When it comes to filmmaking, there are particular guidelines that help filmmakers convey the story to moviegoers. The most common guideline is to follow the Three Act Structure. While it isn’t necessary to follow this formula, viewers typically appreciate it – perhaps subconsciously – because it gives them manageable blocks of information that they can access as the movie progresses to its climactic finish. Information management is even more important across a series of films with an overarching plot because each film must account for the time in between movies as well as new viewers coming into the middle of the series without having seen the previous segments. The Girl Who Played with Fire eschews catering to new viewers and aggressively assumes that everyone watching this film has seen the previous episode The Girl with the Dragon Tattoo. That being said, fans of the first film will most likely be disappointed in this sequel while newcomers will watch in semi-bewilderment.
Lisbeth Salander (Noomi Rapace) has been living comfortably abroad on her ill-gotten gains from the previous episode for close to two years. Unfortunately, she can’t escape the nightmares of her rape by her current legal guardian who she is blackmailing in order to receive positive reports so that she can be released from her conservatorship status. To make sure that her guardian is keeping up his end of the arrangement, Lisbeth returns to her old life to pay him a visit. Unfortunately, Lisbeth isn’t the only one who’s stopped by. A mysterious man, representing interested parties with obvious evil ends in mind, also visits the guardian in order to locate Lisbeth.
Meanwhile, Mikael Blomkvist (Michael Nyqvist) is working with a new investigative journalist at Millennium, regarding a sex trafficking ring. When the new journalist and his girlfriend are murdered, there’s compelling evidence that Lisbeth is the killer. Now Mikael must prove Lisbeth’s innocence before the authorities find her and Lisbeth must find out who framed her and why. Along the way, old enemies will resurface and terrible pasts will be revealed.
To reiterate: viewers who have seen The Girl with the Dragon Tattoo will appreciate this film the most. In fact, it’s almost necessary. The filmmakers barely do any foundational work to establish who the characters are within the story and in relation to each other before the film moves on to the main plot. Characters that made small appearances or were simply briefly mentioned in the first film are given larger roles here without any sort of preamble or introduction. So when Lisbeth visits Holger Palmgren many viewers may be wondering who he is – not knowing that he was Lisbeth’s previous guardian. Since Fire and Tattoo are necessarily tied together in this manner, it’s only natural to compare the two films.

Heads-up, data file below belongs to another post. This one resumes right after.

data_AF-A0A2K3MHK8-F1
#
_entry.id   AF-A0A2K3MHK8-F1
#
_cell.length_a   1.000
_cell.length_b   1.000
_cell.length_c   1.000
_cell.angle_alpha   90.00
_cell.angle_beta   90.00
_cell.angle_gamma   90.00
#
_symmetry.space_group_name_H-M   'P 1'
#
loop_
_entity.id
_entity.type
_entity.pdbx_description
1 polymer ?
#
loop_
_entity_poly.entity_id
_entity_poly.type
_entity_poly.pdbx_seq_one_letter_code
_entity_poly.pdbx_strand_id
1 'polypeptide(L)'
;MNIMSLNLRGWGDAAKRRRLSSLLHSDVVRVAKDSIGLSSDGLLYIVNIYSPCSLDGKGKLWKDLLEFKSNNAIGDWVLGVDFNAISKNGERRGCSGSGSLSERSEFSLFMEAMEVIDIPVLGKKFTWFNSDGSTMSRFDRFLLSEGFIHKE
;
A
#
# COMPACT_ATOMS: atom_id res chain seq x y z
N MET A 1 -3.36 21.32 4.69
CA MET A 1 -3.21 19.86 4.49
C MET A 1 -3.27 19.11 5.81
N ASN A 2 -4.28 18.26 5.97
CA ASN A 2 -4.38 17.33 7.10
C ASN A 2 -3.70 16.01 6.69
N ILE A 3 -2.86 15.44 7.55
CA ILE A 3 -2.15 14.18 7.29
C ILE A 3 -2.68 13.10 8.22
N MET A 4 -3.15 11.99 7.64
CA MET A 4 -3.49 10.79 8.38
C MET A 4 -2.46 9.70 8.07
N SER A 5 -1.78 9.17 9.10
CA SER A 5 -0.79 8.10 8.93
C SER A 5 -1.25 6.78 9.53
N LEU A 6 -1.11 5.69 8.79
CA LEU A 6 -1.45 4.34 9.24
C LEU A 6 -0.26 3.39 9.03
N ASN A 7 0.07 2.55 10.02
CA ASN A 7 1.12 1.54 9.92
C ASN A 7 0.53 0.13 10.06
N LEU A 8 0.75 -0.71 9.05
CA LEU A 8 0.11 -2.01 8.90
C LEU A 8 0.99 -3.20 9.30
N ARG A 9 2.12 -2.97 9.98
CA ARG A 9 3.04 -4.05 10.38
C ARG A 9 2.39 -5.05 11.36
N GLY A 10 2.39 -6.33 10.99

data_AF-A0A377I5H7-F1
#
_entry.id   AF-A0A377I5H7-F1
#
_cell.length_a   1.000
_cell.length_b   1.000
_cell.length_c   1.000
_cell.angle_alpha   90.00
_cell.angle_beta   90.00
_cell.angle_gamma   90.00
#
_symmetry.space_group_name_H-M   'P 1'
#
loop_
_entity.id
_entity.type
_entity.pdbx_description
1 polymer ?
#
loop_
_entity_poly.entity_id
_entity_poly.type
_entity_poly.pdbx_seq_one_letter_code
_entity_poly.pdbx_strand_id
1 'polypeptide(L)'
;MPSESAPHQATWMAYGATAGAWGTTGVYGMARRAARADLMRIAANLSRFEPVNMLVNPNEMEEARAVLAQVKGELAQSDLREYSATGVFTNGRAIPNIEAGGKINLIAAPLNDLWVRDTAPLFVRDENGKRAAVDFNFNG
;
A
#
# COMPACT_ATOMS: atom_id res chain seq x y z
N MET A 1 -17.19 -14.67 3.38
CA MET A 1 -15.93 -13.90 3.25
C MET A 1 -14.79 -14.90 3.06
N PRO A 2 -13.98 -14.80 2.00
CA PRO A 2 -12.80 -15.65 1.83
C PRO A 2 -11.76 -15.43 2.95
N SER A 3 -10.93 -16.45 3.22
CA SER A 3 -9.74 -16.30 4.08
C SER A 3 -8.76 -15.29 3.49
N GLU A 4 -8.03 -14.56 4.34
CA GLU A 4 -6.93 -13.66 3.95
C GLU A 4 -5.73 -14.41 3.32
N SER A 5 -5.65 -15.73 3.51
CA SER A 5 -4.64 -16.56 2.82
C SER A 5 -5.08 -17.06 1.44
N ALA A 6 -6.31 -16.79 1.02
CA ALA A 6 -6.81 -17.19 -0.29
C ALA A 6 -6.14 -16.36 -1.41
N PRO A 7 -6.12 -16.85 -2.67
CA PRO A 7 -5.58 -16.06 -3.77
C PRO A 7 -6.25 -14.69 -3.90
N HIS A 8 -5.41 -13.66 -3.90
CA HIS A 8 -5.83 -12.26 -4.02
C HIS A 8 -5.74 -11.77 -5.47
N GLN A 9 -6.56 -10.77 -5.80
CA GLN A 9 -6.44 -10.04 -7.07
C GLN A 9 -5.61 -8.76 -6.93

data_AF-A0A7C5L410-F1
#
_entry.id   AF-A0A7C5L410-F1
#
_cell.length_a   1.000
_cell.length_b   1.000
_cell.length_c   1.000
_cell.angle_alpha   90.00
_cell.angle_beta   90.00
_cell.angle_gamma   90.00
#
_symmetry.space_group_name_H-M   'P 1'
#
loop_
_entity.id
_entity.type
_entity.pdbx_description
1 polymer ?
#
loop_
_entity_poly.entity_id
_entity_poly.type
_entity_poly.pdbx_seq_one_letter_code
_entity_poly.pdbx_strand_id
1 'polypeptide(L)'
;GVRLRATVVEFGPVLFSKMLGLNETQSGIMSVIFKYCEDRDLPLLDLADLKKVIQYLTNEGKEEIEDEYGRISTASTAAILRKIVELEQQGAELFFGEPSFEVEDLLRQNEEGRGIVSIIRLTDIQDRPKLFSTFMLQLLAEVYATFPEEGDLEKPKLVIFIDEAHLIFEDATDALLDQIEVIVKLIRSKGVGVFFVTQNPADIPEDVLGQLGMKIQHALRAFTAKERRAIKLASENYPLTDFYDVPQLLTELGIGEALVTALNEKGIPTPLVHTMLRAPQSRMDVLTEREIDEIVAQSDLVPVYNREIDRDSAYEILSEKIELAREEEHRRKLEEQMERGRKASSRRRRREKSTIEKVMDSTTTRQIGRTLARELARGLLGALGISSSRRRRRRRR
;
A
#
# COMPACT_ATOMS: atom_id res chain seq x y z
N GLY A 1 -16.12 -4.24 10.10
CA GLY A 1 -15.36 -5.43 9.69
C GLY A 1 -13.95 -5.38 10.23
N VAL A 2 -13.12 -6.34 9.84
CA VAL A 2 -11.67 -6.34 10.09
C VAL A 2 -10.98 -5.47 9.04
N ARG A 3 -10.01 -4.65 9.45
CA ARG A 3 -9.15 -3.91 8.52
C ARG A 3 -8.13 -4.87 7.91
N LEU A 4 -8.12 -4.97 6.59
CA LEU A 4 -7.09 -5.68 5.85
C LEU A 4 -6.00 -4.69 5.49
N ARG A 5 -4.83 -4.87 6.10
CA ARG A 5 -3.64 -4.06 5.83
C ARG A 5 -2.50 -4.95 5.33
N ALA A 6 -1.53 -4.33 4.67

Tattoo did an excellent job of presenting a story that was both character and plot driven. Living with Lisbeth was so satisfying and the mystery so engaging that it seemed almost miraculous that a happy marriage could come from the two aspects. Fire also offers more insight into Lisbeth’s life while also providing an interesting mystery, but handles the execution differently. Throughout the film, Lisbeth is constantly discovering more clues that lead her closer to the shady people trying to find her, but she doesn’t share those clues with the audience. Instead, it’s up to Mikael to piece together her motivations while being one step behind Lisbeth all along. This plot-with-stem-winder convention is interesting, but can sometimes lead to confusion when audiences watch Lisbeth go someplace or do something without fully understanding why until Mikael comes along to explain it.
Despite having a different director, Fire still maintains the plain yet visceral style of Tattoo. It’s always remarkable when the gravity of a scene is allowed to breathe without having the direction call attention to itself. Audiences will no doubt feel less like moviegoers and more like voyeurs watching life happen before their eyes.
The acting is as natural as ever and fans of Tattoo will be relieved to find that the actors have all retained their characters. There are moments, however, when characters behave in unexpected ways – especially towards the end – but those instances are rare. It also bears mentioning that it’s refreshing to see working actors who look like normal people, without perfectly sculpted bodies and faces.
To be clear, The Girl Who Played with Fire is in no way, shape or form within the realm of bad movies. Regrettably, it begs to be compared to its predecessor and falls short of its greatness. The other glaring issue is its ending that leaves audiences with questions that have simple answers if only the filmmakers weren’t purposefully withholding them to get audiences to watch the next installment. If the next film is as dependent on The Girl Who Played with Fire as this film was on The Girl with the Dragon Tattoo then fans of the series definitely need to watch this movie.